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Emerson Etem still a work in progress

New York Rangers forward Emerson Etem takes a

New York Rangers forward Emerson Etem takes a breather during training camp in Greenburgh, N.Y. on Friday, Sept. 18, 2015. Credit: Ray Stubblebine

MONTREAL - In his brief time as a Ranger, Southern California native Emerson Etem has been exploring Manhattan.

Not necessarily the usual locales for an NHL player, though.

Last week, he told Newsday that one of the next places he wants to visit is The Guggenheim, the iconic spiraled art museum on the Upper East Side. The current exhibit includes the work of abstract artist Vasily Kandinsky.

After all, the 23-year-old, who likes street art and paints using oil-based markers, already has strolled through the Metropolitan Museum of Art, checking out Jackson Pollock's work. He'd been at the Museum of Modern Art on a road trip with his former team, the Anaheim Ducks, last season.

"I'd like to have some type of exhibit and sell some [of his work] and donate them to charities,'' said Etem, who made his Rangers debut on the fourth line Thursday night at Bell Centre.

"Never did it in Los Angeles. The art scene is more in Santa Monica. It's different than in New York."

And Etem, who played roller hockey while growing up in Long Beach, California, is discovering differences on the ice as well while navigating a learning curve.

Etem went coast-to-coast when the Rangers acquired the winger from the Ducks at the NHL Draft in late June in a surprising swap of Carl Hagelin and draft picks. He hoped to fill Hagelin's role on the third line, but that hasn't materialized.

Coach Alain Vigneault has been pleased with his practices and attention to video. "He is a young player that our pro scouts said a lot of good things about, thought that he had a lot of upside," Vigneault said Wednesday.

Drafted 29th overall in 2010, Etem had 10 points in 45 games and added three goals in 12 playoff games with the Ducks last season. But he didn't expect to be traded and struggled in four preseason games in the transition to a new coaching staff, new teammates and a new system.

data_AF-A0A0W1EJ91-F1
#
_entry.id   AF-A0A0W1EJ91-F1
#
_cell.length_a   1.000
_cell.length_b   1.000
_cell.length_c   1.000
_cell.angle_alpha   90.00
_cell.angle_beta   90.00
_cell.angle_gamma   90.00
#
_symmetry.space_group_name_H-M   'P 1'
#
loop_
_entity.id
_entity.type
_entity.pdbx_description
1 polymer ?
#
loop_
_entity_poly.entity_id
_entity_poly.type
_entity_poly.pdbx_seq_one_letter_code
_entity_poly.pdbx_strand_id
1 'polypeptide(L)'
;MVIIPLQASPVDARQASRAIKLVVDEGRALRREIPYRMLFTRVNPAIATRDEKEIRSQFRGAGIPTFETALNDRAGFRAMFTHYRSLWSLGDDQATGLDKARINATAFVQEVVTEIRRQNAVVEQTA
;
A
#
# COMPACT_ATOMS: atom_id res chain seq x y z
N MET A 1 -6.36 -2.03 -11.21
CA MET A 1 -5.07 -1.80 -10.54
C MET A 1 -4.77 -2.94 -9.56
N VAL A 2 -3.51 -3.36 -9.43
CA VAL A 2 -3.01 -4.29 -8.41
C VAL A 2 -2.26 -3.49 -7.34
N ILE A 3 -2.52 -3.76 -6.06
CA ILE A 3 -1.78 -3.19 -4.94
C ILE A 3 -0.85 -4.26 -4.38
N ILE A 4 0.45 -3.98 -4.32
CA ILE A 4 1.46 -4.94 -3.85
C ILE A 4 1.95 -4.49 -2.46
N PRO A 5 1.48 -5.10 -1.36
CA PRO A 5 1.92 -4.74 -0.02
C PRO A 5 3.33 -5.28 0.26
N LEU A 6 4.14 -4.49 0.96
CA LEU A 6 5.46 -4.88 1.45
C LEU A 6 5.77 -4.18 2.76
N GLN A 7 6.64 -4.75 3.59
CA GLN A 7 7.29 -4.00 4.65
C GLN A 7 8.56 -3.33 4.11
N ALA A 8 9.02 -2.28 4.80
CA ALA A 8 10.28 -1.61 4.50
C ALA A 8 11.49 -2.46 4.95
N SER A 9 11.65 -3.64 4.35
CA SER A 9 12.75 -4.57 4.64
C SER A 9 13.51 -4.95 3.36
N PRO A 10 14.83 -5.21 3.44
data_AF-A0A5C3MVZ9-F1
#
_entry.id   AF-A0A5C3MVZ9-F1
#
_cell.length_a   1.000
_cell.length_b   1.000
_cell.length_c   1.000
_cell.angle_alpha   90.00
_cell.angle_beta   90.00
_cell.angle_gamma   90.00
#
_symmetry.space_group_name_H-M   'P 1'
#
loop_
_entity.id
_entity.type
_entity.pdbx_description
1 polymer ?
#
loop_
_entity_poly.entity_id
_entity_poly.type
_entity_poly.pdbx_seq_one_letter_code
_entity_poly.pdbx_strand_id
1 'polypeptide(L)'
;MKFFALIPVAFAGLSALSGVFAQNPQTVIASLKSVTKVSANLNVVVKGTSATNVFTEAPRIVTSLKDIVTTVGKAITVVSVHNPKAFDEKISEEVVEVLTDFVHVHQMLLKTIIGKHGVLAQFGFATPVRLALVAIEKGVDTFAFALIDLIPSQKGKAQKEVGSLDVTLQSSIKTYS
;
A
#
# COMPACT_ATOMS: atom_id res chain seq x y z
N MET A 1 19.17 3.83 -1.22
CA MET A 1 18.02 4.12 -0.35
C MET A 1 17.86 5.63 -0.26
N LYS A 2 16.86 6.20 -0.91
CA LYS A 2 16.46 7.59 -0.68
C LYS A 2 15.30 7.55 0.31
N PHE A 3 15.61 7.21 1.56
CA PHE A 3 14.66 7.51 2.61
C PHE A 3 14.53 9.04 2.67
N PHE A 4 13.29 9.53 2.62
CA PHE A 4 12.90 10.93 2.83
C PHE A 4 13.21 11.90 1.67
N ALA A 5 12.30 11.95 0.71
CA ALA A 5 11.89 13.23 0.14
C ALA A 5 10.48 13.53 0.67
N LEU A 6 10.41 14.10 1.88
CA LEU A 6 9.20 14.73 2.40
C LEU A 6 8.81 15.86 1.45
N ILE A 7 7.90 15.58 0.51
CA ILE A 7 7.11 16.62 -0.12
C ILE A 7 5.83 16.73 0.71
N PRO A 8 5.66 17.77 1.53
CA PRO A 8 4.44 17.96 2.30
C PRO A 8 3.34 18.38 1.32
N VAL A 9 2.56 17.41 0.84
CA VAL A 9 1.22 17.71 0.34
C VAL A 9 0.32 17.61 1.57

Heading into Thursday night's game, Etem said he wanted to "win the 50-50 puck battles" and create some waves on offense against the Canadiens.

Part of a rowing family -- his mother, Patricia, was on the 1984 U.S. Olympic team, his brother was with the national team, and his father and sister rowed in college -- Etem has speed, size (6-1, 212 pounds) and a good shot and wasn't just treading lightly in the professional waters Thursday night.

Etem had 15 goals and 31 points in 112 NHL regular-season games, averaging 12:07 on ice per game. In 23 playoff games with Anaheim, he went 6-2-8. In 2011-12 with Medicine Hat of the Western Hockey League, he scored 61 goals in 65 games.

"He has a history of scoring and can shoot the puck," Rangers general manager Jeff Gorton said in June. "He has a physical aspect to his game and is pretty strong and fit. He is a guy that we liked going back to his draft and followed him."

"Even though this is Emerson's first game," Vigneault said, "he's got good upsides and a chance to show it tonight."

To be sure, a solid game from Etem would give him some confidence.

But the Rangers really need some production from two top- six players who were goal-less through four games: Rick Nash and Chris Kreider.


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